Rehabbing the Kitchen Floor – Removing Vinyl Tile and Adhesive

I’ve started another project! As this crazy heat wave continued to roll, I switched from my exterior projects to an interior one. And we chose the kitchen floor, a particular eyesore and bane of my existence. I’ve decided to name this project a “rehab” since in my opinion this floor is just so sad. This poor floor just looks sick and tired. It could be a great floor, but it needs rehabilitation. This post details how I pulled up this ugly vinyl tile and took the floor back to concrete. We are considering keeping the floor concrete for the time being, this is my DIY concrete floor journey.

Original Kitchen Floor

Some pattern, right?? Honestly, I’m stymied by this floor. This house was built in 1986, so if this floor is original, it was dated when it went in. But since I’ve already pulled it up, I found carpet tack strips in the dining area, so I’m pretty sure it’s not original. Who was putting down such ugly 70’s tile in the 90’s? Where did this tile come from??

Moving beyond the mystery of the ugly tile, pulling it up was pretty easy. Some areas were already damaged and popped right off, the rest came up relatively quickly with the aid of a $10 Harbor Freight heat gun.

Pulling up vinyl floor tiles with a heat gun
Pulling up vinyl kitchen floor tiles

Getting the tiles up was pretty easy, but removing the old, dried, hard, floor glue was not so easy. We tried scraping, both with hand and floor scrapers, which worked in some areas, but not in others. I applied acetone and Goo Gone, which worked alright, but left lots of residue and about half of the glue. We decided we needed something more powerful.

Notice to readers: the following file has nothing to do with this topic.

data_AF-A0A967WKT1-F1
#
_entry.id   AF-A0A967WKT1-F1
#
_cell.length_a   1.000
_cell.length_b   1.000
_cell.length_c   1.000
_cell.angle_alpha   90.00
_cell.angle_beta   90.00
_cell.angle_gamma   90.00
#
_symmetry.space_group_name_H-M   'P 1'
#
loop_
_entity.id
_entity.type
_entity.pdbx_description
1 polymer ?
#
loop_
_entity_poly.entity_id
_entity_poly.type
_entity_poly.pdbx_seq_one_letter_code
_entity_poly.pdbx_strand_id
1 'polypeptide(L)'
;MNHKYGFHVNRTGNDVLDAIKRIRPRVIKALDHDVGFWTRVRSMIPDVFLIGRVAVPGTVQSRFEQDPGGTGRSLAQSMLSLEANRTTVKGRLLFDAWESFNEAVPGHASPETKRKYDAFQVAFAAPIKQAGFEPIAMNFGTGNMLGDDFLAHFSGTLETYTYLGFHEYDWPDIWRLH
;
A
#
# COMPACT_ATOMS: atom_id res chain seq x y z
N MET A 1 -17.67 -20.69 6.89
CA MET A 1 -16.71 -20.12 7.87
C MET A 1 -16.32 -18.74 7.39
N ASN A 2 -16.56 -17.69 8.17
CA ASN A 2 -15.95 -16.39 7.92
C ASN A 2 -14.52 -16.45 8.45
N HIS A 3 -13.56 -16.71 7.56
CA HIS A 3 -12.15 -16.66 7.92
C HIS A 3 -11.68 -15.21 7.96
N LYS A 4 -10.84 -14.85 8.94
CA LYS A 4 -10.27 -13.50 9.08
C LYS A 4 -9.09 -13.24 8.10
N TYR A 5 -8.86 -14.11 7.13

So we ended up grinding it off with an angle grinder and diamond grinding wheel. There are pros and cons to this approach, but it did work.

Grinding old floor glue from concrete

Then, once all the tiles and glue were removed (besides behind the dishwasher, I haven’t quite felt up to taking that one on yet!) progress stalled. Thing is, we weren’t sure where to go from there! I think this is a very common DIY situation, living in a state of demolition while you think about how you want to proceed.

After grinding off the glue, our floor is left with some marring from while we were getting used to using the machine, some tack strip holes in the dining area, and lots of swirly cuts from the diamond wheel. We figure we have a few options:

  1. Run with it anyway and stain/seal it with all the imperfections and claim we were going for a “rustic industrial” look.
  2. Give the floor a once over with a floor sander to smooth out the majority of the grinder swirls and proceed from there.
  3. Put down a layer of self-leveling concrete or microtopping.

My perspective is that this floor is probably only semi-permanent and will likely get covered with vinyl plank when we run it through all the living areas. Right now our living room and hallway are carpeted with the $.50/sq ft special from Home Depot, so it’s probably got a year of life in it and we’ll have to replace it then. Player 2 loves the idea of a rough, industrial look, so I think we’re leaning towards option 2 as a “happy medium”. Check back and I’ll let you know how it goes!

Demoed kitchen floor, vinyl tile removed, concrete ground
Demoed kitchen floor, vinyl tile removed, concrete ground

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